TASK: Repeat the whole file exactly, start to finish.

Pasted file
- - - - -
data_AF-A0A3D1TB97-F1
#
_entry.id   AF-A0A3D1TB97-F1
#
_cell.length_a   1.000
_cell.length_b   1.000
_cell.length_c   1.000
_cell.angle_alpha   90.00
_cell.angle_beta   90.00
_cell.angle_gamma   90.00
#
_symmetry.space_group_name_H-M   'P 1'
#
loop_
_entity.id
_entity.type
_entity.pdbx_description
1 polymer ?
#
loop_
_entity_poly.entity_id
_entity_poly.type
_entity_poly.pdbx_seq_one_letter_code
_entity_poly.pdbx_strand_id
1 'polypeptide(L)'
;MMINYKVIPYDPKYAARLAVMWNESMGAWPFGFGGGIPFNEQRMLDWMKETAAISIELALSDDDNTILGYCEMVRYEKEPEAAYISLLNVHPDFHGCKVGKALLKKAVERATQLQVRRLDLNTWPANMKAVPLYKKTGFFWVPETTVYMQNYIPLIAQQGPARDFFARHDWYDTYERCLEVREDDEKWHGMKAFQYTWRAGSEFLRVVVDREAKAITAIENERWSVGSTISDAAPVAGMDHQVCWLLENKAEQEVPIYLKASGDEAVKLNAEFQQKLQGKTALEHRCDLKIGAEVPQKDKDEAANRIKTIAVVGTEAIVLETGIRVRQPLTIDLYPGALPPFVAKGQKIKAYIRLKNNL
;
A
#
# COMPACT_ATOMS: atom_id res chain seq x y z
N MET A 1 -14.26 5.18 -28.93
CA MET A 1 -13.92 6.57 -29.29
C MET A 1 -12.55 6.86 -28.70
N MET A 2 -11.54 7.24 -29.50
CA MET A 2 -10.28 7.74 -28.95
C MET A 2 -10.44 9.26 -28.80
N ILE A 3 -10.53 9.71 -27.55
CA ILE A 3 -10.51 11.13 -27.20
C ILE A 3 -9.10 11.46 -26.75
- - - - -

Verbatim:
data_AF-A0A3D1TB97-F1
#
_entry.id   AF-A0A3D1TB97-F1
#
_cell.length_a   1.000
_cell.length_b   1.000
_cell.length_c   1.000
_cell.angle_alpha   90.00
_cell.angle_beta   90.00
_cell.angle_gamma   90.00
#
_symmetry.space_group_name_H-M   'P 1'
#
loop_
_entity.id
_entity.type
_entity.pdbx_description
1 polymer ?
#
loop_
_entity_poly.entity_id
_entity_poly.type
_entity_poly.pdbx_seq_one_letter_code
_entity_poly.pdbx_strand_id
1 'polypeptide(L)'
;MMINYKVIPYDPKYAARLAVMWNESMGAWPFGFGGGIPFNEQRMLDWMKETAAISIELALSDDDNTILGYCEMVRYEKEPEAAYISLLNVHPDFHGCKVGKALLKKAVERATQLQVRRLDLNTWPANMKAVPLYKKTGFFWVPETTVYMQNYIPLIAQQGPARDFFARHDWYDTYERCLEVREDDEKWHGMKAFQYTWRAGSEFLRVVVDREAKAITAIENERWSVGSTISDAAPVAGMDHQVCWLLENKAEQEVPIYLKASGDEAVKLNAEFQQKLQGKTALEHRCDLKIGAEVPQKDKDEAANRIKTIAVVGTEAIVLETGIRVRQPLTIDLYPGALPPFVAKGQKIKAYIRLKNNL
;
A
#
# COMPACT_ATOMS: atom_id res chain seq x y z
N MET A 1 -14.26 5.18 -28.93
CA MET A 1 -13.92 6.57 -29.29
C MET A 1 -12.55 6.86 -28.70
N MET A 2 -11.54 7.24 -29.50
CA MET A 2 -10.28 7.74 -28.95
C MET A 2 -10.44 9.26 -28.80
N ILE A 3 -10.53 9.71 -27.55
CA ILE A 3 -10.51 11.13 -27.20
C ILE A 3 -9.10 11.46 -26.75